Electrical Engineer and private investor. I reside in the heart of Miyazaki, Nippon (Japan) about half time, and in my 727 home in Oregon, America, the other half (AirplaneHome.com, HikoukiIe.com, and AirplaneHome.com/Images/CoyMediaPagesCatalog.html). I'm 66 years of age (as of 2016).
I seem to be chronically incapable of conveying concepts concisely. For those who suffer through my rambling, redundant, and serpentine rhetoric, my sincere apologies. I do perceive that my composition desperately needs to be more efficient, so I'll try to make it so.
I'm also incompetent in most facets of the technology areas I invest in. I'm a good circuit design engineer, but I know precious little about integrated circuit fabrication technology and many other specialities. So I depend upon others, mostly here on Seeking Alpha, who have direct experience in areas where I have little or none. The bread which appears on my table (and the jetliner which resides in my yard) arrived largely on the shoulders of those who contribute here and others from past times, and I'm genuinely grateful for their energetic and community minded generosity.
In an effort to improve perspective, I try to keep two key long term cyber system goals in mind as I try to judge whether a firm possesses a clear vision of the future. The first is the Smoking Hairy Golf Ball, an idealized liquid helium cooled semiconductor sphere with wire connections on its surface, envisioned long ago as the final stage of evolution for maximum performance solid state electronics systems. The second, and most important, is a HAL-9000 algorithm, that is, conscious life creating software. Setting aside considerations of whether it's wise to pursue that second goal, firms which steer themselves toward either or both of these goals, in the context of developing their more ordinary products, are, in my view, likely to be lucrative. And for the record, I suspect a HAL-9000 algorithm will prove to be wonderfully positive for humanity. If we develop and manage the technology wisely and compassionately...
In my view some firms are moving, step by tiny step, toward one or both of these milestones.
I'm eager to hear constructive and civil criticism, so please don't hesitate to offer your suggestions.
Itsu made mo, genki de ite kudasai (Be healthy and, by implication, happy forever please), Bruce
Ashraf Eassa is a technology specialist with The Motley Fool. He writes mostly about technology stocks, but is especially interested in anything related to chips -- the semiconductor kind, that is.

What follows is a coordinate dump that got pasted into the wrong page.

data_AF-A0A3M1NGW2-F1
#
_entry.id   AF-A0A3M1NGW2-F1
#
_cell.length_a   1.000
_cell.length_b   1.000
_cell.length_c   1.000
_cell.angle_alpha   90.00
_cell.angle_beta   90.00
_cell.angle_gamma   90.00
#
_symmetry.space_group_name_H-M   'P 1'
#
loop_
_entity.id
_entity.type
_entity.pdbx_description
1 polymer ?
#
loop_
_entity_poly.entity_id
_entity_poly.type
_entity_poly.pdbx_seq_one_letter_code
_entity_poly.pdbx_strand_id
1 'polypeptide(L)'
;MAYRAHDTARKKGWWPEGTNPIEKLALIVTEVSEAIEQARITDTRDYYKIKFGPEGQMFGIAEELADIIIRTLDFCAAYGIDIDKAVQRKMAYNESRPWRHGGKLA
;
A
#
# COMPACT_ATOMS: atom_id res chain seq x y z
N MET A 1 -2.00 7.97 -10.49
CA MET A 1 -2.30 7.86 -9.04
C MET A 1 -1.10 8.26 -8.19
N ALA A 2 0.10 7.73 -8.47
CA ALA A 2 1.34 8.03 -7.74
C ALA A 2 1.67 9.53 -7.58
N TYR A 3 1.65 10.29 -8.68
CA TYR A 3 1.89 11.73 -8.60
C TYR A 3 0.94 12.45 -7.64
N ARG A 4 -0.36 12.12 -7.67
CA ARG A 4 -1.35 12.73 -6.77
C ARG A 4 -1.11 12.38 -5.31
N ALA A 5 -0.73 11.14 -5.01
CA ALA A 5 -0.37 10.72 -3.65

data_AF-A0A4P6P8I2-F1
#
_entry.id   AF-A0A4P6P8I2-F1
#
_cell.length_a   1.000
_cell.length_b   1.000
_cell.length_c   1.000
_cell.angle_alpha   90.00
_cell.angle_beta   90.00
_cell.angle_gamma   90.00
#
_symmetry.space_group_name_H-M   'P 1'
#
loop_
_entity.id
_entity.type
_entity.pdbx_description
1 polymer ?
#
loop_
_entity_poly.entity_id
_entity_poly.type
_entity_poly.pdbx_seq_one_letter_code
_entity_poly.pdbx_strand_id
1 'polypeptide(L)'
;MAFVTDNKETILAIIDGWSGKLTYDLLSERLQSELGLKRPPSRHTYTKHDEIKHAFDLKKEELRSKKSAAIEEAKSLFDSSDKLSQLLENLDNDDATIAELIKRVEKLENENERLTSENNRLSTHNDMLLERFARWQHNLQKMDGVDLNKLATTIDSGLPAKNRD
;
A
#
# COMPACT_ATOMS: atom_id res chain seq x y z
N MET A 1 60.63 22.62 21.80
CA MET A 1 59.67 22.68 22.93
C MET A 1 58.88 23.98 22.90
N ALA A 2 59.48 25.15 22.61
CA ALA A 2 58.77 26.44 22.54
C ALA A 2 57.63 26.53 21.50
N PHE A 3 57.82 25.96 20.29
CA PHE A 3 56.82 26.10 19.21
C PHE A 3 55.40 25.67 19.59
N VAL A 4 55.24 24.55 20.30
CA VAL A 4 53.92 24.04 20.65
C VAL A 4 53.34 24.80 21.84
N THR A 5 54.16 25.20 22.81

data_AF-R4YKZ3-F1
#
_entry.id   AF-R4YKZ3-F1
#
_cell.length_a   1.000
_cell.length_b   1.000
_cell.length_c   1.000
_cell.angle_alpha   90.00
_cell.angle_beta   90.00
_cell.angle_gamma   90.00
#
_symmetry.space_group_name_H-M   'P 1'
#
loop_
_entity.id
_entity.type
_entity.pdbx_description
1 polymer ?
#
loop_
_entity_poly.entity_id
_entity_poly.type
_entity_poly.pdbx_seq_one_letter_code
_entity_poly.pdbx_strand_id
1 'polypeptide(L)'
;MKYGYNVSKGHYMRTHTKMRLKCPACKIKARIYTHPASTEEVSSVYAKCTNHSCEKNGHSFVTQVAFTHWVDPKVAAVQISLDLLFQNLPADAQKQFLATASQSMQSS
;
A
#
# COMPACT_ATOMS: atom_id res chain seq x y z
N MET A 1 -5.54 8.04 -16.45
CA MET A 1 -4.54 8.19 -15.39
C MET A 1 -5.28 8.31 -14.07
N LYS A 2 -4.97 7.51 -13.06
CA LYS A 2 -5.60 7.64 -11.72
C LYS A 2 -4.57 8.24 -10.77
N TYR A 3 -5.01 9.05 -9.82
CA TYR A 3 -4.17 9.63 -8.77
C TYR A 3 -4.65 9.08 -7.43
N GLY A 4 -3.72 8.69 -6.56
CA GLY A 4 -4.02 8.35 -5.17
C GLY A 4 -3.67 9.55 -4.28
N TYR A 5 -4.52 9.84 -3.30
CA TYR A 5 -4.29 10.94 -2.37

I'm a former software engineer (now a small business owner). In my previous vocation, I worked on spreadsheets and databases, and I developed an affinity for number crunching. I've been invested in stocks for 20 years, but really only actively managing my portfolio for the last 10 or so. I generally prefer to mitigate risk in the form of dividends to provide some return while I grit my teeth at the ups and downs of the market, although I will invest in tech growth stocks if I envision a long term trend (e.g. Mobile devices, Robotics, 3D printing, renewable energy, etc.).
Civil engineer using nurtured logical predictive ability to increase my retirement accounts and thereby recover somewhat from the one two punch of a divorce (in 2007 I borrowed to settle and keep real estate) and real estate downturn (2008 my real estate went underwater).
Started investing in stocks in mid-2013 with $100k in a Roth IRA. Dropped to $69k, up to $500k, down to $105k, up to $670k, down to $315k, up to $850k. Goal is $4m by end of 2015. I am more than half way there having achieved an 8.5 bagger (end of 2015), I only need another 5 bagger to exceed my goal. TAX FREE.
"A man who follows an independent and contrary path has no guarantee of making money… but a man who follows the great mass of conventional wisdom is practically guaranteed that he will not."
Riches are made through focus and concentration on a few stocks. Riches are kept through diversification . . .
Current investments: RiteAid and Intel LEAPS
LEAPS for Fun and Profit: service only available to family and close friends :-)
Don't try what I am doing without your own extensive research.
I am an individual investor. Became interested in dividend growth investing and managing my own portfolio through my reading adventures at Seeking Alpha. I've learned a ton from everyone who contributes and comments here. Still have a long way to go even though I'm semi-retired and drawing Social Security.
Have made bundles in rust belt. Have made-- and lost-- bundles in high tech.
Former registered rep, business degree, doing vc and private company investments, while looking for stock picks on a regular basis.
I have written 2 dutch books on value investing: "Aandelen selecteren als waardebelegger" and "Beleggen in bull- en bearmarkten". See bol.com (search for the titles). As a mathematician (Ph.D.) I am most interested in investment strategies with statistically favorable returns. In particular I invest in net-nets (20-30% average annual returns). I find companies with low Enterprise Value/Earnings before Tax and Interest (EV/EBIT) and strong balance sheets (20% average annual returns) also very interesting. Since such stocks are rare I invest globally. Send me a message with your email address to get example articles of my premium research on Seeking Alpha.